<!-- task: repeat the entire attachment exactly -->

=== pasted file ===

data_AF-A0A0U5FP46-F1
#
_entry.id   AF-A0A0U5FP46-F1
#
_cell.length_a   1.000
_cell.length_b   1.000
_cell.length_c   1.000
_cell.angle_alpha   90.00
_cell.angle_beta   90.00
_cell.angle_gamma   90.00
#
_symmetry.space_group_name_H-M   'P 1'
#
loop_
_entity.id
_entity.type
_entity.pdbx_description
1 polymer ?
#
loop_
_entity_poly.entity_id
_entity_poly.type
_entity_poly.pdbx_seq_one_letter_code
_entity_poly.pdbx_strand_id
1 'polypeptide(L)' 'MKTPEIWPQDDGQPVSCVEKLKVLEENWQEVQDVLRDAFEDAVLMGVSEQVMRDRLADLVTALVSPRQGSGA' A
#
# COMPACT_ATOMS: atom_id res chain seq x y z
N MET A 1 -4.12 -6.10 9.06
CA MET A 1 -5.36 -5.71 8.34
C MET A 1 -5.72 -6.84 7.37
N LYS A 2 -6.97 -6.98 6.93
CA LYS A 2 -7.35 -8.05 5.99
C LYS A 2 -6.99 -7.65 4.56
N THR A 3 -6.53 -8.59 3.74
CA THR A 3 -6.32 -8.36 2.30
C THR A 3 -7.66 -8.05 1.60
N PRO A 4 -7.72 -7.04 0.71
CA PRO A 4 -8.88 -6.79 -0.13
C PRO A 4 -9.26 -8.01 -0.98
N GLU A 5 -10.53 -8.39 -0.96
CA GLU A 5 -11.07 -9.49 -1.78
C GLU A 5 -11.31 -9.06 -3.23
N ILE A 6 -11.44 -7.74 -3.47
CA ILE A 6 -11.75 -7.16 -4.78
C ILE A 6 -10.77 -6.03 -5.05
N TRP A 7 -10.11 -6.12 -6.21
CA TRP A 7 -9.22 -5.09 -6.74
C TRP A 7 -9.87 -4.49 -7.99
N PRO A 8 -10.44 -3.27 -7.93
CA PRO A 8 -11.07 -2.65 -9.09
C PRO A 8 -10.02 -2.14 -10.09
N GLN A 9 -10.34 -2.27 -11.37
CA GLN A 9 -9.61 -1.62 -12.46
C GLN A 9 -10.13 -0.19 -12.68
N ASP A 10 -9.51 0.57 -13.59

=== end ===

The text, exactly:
data_AF-A0A0U5FP46-F1
#
_entry.id   AF-A0A0U5FP46-F1
#
_cell.length_a   1.000
_cell.length_b   1.000
_cell.length_c   1.000
_cell.angle_alpha   90.00
_cell.angle_beta   90.00
_cell.angle_gamma   90.00
#
_symmetry.space_group_name_H-M   'P 1'
#
loop_
_entity.id
_entity.type
_entity.pdbx_description
1 polymer ?
#
loop_
_entity_poly.entity_id
_entity_poly.type
_entity_poly.pdbx_seq_one_letter_code
_entity_poly.pdbx_strand_id
1 'polypeptide(L)' 'MKTPEIWPQDDGQPVSCVEKLKVLEENWQEVQDVLRDAFEDAVLMGVSEQVMRDRLADLVTALVSPRQGSGA' A
#
# COMPACT_ATOMS: atom_id res chain seq x y z
N MET A 1 -4.12 -6.10 9.06
CA MET A 1 -5.36 -5.71 8.34
C MET A 1 -5.72 -6.84 7.37
N LYS A 2 -6.97 -6.98 6.93
CA LYS A 2 -7.35 -8.05 5.99
C LYS A 2 -6.99 -7.65 4.56
N THR A 3 -6.53 -8.59 3.74
CA THR A 3 -6.32 -8.36 2.30
C THR A 3 -7.66 -8.05 1.60
N PRO A 4 -7.72 -7.04 0.71
CA PRO A 4 -8.88 -6.79 -0.13
C PRO A 4 -9.26 -8.01 -0.98
N GLU A 5 -10.53 -8.39 -0.96
CA GLU A 5 -11.07 -9.49 -1.78
C GLU A 5 -11.31 -9.06 -3.23
N ILE A 6 -11.44 -7.74 -3.47
CA ILE A 6 -11.75 -7.16 -4.78
C ILE A 6 -10.77 -6.03 -5.05
N TRP A 7 -10.11 -6.12 -6.21
CA TRP A 7 -9.22 -5.09 -6.74
C TRP A 7 -9.87 -4.49 -7.99
N PRO A 8 -10.44 -3.27 -7.93
CA PRO A 8 -11.07 -2.65 -9.09
C PRO A 8 -10.02 -2.14 -10.09
N GLN A 9 -10.34 -2.27 -11.37
CA GLN A 9 -9.61 -1.62 -12.46
C GLN A 9 -10.13 -0.19 -12.68
N ASP A 10 -9.51 0.57 -13.59